One other question: what bit rate do you use when converting? By default, fre:ac uses variable bit rate, and the results average around 200 kb/s. Do any of you prefer to use a higher, fixed bit rate (320 kb/s)?

At the risk of getting trashed, I use fre:ac to rip CDs to FLAC and have no trouble with leading zeros in the track number.

I used fre:ac (a couple of years ago) to convert about 1000 selected FLACs to mp3 for use in my car. Worked without issues. With assorted tracks, I wasn't concerned with disc numbers, and the track numbers all retained the leading zero where needed.

fre:ac has an online forum and the author is active. Give him a try and see how it goes.

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When you load tracks into fre:ac, you will be looking at the "Joblist" tab. Click on the "Tags" tab, and the bottom half of the window will show something like mp3Tag's Alt-T extended tags, including fields for disc number and total discs.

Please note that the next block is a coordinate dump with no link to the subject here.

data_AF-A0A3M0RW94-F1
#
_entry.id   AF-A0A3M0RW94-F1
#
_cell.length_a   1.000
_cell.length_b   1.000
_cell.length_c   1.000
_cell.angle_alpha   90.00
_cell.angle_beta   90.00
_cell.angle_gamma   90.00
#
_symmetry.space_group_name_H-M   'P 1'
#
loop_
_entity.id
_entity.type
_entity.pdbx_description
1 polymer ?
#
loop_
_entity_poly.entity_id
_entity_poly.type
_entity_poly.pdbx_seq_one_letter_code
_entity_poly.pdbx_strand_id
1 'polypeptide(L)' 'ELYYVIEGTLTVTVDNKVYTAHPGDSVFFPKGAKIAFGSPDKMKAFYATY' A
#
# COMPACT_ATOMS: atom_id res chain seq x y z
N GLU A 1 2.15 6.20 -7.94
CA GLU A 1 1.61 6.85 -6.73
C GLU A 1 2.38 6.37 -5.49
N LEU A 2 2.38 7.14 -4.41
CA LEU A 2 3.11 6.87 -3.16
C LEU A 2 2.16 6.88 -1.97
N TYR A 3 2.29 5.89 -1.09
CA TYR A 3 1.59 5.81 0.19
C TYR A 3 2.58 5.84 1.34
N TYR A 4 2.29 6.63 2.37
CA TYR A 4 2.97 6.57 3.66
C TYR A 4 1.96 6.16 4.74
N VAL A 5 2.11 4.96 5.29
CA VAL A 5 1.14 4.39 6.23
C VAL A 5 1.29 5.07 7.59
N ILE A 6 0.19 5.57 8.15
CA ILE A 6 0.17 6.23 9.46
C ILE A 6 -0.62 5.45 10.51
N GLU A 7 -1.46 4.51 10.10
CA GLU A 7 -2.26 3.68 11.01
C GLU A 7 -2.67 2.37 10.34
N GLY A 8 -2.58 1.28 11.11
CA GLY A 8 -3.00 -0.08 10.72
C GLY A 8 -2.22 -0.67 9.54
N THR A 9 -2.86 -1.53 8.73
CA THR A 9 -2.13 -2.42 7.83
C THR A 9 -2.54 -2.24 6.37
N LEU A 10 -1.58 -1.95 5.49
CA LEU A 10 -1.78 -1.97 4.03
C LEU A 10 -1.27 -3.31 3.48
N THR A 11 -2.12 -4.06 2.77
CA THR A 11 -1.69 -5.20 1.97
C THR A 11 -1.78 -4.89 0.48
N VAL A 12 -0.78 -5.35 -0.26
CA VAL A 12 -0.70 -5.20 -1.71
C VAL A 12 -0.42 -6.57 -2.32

You'll have to experiment from there or try the fre:ac forum.

@Jimmy_Neutron, thanks for the feedback! I have confirmed that what fre:ac shows in its Tags tab, is the same as what Mp3tag shows, i.e. the issue appears to be with fre:ac, and not with Mp3tag. I've done some more experimenting, discovering some more strangeness, and have posted the results to the fre:ac (sourceforge) forum. Will see how the author responds.

I've also tried Helium Converter, which gave excellent results, including cover art, and with no tag weirdness. However, that program fails to reproduce the source directory tree; instead it sends all output files to the same, single destination directory. That makes it a non-starter for me.

P.S. Apologies for the late reply. I was actually composing this reply yesterday, when the power failed! I am very thankful that my UPS worked well, and I was able to shut the computer, the NAS, etc. without loss.

Meanwhile, I've had a response on the fre:ac (sourceforge) forum, which goes a long way to explaining what's going on, which anyone interested can read here:

Yeah, I saw that over there. Looks like he's going to make things work better based on your input. Another one of the good guys.